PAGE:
The Flight Chairmanís and Maintenance Officerís report included: The Zug wing was dinged due to careless ground handling primarily by the tow truck driver. Future preventive measures might include having two persons walking wings, a longer tow rope and the driver paying a little more attention to what he is doing. The winch air fliter was cleaned. The 1-26 battery latch needs better pre-flighting as it came out of its box on one of Dentís flights. It was agreed that glider pre-flight checklists were a good idea. A.C. and Bruce will combine talents to have them made up.
The "hang-up on the wire" incident was discussed and what policy/procedures changes are necessary to preclude it ever happening again. (See the following article "Procedure Changes" for more detail).
Samples of a flight manual and recommended by-law changes were passed out for review.
For attitional detail, see the Board meeting minutes posted on the trailer bulletin board.

Donít be a waldo pecker flyer............... think ahead Pecker



Like most incidents/accidents, the cause Jimís incident of not being able to release from the tow wire can be traced to a chain of events rather than any single cause. To preclude that type of event from ever happening again, several corrective actions have been or are being implemented.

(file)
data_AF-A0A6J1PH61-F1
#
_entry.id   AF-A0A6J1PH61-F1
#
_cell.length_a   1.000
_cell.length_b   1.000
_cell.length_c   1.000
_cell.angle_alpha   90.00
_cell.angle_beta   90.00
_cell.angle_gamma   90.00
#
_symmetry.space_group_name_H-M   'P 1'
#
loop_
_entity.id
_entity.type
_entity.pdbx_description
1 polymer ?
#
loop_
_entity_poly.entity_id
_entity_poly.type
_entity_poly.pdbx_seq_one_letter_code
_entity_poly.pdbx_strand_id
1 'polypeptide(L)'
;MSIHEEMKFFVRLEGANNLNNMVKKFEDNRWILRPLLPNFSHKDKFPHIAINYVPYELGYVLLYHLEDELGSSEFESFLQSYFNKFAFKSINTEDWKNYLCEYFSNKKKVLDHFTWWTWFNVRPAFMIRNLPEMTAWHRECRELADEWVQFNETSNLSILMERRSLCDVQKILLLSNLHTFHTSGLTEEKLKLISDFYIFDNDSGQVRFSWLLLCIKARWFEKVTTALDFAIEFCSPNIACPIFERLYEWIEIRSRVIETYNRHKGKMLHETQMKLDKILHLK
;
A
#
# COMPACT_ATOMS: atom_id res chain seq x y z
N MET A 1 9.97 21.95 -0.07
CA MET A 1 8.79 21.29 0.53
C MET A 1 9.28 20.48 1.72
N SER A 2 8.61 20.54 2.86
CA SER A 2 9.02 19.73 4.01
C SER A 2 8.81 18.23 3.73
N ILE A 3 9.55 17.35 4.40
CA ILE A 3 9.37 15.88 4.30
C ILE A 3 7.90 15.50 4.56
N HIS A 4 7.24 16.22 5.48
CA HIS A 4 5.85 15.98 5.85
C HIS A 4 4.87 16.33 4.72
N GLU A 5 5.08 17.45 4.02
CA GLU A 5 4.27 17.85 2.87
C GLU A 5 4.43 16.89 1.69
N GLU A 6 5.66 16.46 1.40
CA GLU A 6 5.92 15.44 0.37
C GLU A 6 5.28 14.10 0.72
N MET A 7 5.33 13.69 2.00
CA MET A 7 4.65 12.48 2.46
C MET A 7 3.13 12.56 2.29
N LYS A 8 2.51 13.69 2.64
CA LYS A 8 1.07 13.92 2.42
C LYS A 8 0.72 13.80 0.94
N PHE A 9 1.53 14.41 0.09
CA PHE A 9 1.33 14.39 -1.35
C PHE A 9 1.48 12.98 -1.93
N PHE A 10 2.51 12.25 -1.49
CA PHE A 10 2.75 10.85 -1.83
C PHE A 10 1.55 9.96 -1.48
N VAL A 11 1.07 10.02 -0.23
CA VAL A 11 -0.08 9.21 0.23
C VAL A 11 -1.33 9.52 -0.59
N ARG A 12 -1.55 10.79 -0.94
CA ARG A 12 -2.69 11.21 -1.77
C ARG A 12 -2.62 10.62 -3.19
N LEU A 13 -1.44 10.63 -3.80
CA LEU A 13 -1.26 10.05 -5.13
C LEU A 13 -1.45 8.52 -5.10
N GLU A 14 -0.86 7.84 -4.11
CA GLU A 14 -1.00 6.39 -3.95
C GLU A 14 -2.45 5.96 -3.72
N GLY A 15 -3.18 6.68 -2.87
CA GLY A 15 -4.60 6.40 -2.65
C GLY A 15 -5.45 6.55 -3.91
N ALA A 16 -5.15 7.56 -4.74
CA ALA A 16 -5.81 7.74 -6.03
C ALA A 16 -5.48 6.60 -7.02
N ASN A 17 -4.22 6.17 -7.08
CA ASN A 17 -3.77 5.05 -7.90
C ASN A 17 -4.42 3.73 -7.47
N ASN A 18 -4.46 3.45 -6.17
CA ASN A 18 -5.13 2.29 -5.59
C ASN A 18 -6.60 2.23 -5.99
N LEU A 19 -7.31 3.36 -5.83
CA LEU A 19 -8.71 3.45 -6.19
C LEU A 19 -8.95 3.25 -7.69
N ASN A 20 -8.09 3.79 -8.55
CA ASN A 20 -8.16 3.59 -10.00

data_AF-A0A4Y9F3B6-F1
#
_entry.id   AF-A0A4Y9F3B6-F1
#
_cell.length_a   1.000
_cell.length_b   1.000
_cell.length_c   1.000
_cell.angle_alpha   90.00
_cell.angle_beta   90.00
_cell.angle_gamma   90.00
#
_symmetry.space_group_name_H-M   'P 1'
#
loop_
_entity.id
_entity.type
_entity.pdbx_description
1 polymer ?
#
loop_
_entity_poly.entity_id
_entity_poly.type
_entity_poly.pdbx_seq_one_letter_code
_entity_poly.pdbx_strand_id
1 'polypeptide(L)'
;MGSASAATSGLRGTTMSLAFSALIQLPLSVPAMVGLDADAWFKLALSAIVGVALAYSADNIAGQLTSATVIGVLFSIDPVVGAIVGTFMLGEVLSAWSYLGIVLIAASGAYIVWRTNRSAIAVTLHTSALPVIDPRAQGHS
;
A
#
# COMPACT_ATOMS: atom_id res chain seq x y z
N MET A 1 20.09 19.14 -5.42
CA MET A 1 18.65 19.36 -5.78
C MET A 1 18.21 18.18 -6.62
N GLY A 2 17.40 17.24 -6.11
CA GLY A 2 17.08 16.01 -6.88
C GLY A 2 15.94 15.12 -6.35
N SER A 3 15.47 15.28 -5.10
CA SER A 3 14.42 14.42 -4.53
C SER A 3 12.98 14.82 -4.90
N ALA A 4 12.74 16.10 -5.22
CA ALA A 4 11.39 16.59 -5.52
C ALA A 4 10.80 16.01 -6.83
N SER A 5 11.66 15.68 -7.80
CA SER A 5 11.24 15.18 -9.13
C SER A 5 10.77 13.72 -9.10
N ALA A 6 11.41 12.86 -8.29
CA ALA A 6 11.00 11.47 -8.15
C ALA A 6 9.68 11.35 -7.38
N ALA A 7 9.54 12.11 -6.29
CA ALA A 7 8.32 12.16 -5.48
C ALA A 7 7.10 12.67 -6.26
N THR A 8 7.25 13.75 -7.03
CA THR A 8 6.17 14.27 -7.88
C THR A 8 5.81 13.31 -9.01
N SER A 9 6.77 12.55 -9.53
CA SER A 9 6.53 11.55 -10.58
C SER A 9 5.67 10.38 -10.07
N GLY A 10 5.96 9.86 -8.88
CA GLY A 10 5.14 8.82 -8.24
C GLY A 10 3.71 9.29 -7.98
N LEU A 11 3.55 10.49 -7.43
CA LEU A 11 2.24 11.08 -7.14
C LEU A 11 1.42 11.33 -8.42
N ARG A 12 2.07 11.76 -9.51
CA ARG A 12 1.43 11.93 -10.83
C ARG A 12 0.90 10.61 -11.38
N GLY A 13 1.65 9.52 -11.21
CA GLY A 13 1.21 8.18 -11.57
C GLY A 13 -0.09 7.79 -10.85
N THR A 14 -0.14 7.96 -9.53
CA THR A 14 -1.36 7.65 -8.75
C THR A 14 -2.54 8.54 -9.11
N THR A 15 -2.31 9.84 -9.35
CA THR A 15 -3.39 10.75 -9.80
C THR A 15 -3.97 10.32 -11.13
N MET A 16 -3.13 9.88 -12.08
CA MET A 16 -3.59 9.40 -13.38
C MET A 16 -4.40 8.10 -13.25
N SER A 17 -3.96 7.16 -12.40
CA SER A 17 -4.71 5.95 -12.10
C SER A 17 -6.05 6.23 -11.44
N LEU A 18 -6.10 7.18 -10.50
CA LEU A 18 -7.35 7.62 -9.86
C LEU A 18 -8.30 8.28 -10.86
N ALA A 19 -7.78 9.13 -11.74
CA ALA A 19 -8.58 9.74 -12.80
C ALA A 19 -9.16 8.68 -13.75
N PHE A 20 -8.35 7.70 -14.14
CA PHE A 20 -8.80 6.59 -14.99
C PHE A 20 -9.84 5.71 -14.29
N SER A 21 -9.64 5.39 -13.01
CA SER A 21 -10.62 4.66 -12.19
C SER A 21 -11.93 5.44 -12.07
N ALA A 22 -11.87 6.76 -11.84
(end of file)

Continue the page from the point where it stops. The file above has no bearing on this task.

First, the weak links have been modified so that there is only one ring on the link and it is clearly labeled as to which glider it applies to.
Second, it is required that each dayís operation have a qualified line chief in attendance and in charge of all ground operations. The line chiefís duties, along with a list of qualified members (as deemed by the Board of Directors) are included below. It is hoped that the line chief will be a volunteer from those members normally in attendance and that a formal roster will not be required. If anyone feels that they should be, or should not be, on the list, mention it to Dick Townsend, thatís what he is getting the big bucks for.
Third, a check list will be posted on the winch which will include an item to insure there are cutters available before any tows are pulled. Future modifications of the winch will, hopefully, include a guillotine so that the wire can be cut without the winch operator leaving the cab.